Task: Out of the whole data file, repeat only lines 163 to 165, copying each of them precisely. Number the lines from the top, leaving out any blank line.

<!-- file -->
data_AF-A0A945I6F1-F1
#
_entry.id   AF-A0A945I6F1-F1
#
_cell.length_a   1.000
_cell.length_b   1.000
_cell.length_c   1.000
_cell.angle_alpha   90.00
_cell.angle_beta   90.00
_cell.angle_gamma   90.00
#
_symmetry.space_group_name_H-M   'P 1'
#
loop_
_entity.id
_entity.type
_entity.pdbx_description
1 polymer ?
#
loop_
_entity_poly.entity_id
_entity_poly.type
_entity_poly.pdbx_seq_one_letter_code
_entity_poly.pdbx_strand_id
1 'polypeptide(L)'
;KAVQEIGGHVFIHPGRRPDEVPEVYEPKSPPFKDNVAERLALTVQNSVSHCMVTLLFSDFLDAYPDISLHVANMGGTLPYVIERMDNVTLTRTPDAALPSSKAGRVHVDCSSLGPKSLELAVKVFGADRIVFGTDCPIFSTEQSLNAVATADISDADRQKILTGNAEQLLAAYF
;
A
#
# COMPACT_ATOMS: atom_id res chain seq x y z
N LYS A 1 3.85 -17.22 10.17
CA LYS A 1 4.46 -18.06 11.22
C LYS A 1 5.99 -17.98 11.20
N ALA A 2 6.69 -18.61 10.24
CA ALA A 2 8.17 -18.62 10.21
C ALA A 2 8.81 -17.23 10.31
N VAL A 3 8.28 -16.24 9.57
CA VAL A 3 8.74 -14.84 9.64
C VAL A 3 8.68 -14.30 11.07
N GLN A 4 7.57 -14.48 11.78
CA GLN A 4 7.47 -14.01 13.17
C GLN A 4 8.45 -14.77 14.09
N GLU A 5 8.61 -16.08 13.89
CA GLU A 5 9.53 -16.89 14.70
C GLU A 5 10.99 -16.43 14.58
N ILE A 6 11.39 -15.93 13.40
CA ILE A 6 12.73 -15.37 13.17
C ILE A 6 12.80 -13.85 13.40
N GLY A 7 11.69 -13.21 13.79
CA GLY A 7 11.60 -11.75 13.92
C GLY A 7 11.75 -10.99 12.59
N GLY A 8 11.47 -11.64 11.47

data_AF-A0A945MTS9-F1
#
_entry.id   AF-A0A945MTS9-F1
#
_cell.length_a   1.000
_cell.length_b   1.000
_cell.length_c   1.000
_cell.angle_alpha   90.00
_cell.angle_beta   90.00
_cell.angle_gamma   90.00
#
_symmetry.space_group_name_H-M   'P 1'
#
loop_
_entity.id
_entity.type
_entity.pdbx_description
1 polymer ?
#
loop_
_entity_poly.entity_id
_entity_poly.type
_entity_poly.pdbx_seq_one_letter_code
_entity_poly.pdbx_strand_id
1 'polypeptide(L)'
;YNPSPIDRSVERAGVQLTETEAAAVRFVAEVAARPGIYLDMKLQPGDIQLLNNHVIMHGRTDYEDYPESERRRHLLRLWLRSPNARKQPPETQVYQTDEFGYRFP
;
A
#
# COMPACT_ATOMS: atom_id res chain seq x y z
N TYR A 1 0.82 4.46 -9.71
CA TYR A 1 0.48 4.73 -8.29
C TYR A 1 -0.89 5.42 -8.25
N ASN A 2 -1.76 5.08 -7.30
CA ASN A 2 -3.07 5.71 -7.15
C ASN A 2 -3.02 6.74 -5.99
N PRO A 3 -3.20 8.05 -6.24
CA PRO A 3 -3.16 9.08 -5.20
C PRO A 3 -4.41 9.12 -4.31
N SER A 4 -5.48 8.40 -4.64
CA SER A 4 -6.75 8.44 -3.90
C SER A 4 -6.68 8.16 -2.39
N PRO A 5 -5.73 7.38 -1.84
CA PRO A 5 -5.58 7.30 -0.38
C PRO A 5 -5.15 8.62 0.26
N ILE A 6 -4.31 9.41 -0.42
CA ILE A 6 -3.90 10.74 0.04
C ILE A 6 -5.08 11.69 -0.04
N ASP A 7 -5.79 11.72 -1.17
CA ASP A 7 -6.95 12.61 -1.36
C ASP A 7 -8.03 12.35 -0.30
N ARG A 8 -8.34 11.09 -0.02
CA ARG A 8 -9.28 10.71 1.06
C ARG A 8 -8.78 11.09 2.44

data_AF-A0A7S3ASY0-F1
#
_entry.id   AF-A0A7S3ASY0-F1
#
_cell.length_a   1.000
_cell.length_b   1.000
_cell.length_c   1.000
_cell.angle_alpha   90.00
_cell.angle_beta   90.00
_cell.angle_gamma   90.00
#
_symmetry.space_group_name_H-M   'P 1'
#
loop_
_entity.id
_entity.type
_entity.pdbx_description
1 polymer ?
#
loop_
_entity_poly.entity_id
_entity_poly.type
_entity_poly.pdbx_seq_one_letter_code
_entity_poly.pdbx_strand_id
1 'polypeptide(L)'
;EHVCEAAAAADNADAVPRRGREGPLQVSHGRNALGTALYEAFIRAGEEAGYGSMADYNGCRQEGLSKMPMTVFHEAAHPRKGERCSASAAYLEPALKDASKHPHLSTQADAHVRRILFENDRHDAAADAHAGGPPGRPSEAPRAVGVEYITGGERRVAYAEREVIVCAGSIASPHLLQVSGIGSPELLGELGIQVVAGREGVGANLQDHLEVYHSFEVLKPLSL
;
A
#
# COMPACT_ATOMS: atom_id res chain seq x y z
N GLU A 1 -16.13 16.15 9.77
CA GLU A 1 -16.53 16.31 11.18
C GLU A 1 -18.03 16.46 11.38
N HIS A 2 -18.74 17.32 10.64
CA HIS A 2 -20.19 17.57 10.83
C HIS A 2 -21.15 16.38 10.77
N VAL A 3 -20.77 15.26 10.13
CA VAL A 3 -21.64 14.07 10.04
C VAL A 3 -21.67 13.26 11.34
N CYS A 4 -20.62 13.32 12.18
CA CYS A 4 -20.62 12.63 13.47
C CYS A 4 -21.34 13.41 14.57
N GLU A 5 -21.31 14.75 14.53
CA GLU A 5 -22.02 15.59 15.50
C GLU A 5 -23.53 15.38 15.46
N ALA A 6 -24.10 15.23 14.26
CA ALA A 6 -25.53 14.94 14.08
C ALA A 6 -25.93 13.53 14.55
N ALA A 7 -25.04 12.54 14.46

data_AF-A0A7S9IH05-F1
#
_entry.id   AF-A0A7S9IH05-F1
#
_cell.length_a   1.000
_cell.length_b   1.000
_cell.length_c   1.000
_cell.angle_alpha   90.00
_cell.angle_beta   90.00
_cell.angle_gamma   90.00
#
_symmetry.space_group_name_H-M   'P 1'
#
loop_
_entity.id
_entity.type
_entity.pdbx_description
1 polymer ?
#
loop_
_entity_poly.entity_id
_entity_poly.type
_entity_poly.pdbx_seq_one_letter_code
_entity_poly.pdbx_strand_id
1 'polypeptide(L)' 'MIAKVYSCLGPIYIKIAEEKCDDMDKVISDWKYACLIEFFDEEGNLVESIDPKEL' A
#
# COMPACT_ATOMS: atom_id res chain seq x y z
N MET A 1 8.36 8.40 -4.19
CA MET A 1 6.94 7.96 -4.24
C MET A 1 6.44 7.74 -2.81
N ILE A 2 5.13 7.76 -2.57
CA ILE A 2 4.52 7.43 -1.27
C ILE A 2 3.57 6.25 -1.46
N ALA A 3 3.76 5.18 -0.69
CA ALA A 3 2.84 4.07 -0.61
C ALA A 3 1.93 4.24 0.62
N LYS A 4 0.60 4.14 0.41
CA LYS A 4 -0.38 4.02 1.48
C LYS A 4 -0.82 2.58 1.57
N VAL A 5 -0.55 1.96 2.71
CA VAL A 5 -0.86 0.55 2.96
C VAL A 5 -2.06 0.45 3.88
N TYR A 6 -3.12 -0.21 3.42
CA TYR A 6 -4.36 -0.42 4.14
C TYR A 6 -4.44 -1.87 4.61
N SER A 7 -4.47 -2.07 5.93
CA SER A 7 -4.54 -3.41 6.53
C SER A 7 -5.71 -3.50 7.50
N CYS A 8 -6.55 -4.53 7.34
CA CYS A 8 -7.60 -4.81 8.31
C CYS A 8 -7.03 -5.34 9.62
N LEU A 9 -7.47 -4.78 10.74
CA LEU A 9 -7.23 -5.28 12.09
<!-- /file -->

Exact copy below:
_cell.angle_alpha   90.00
_cell.angle_beta   90.00
_cell.angle_gamma   90.00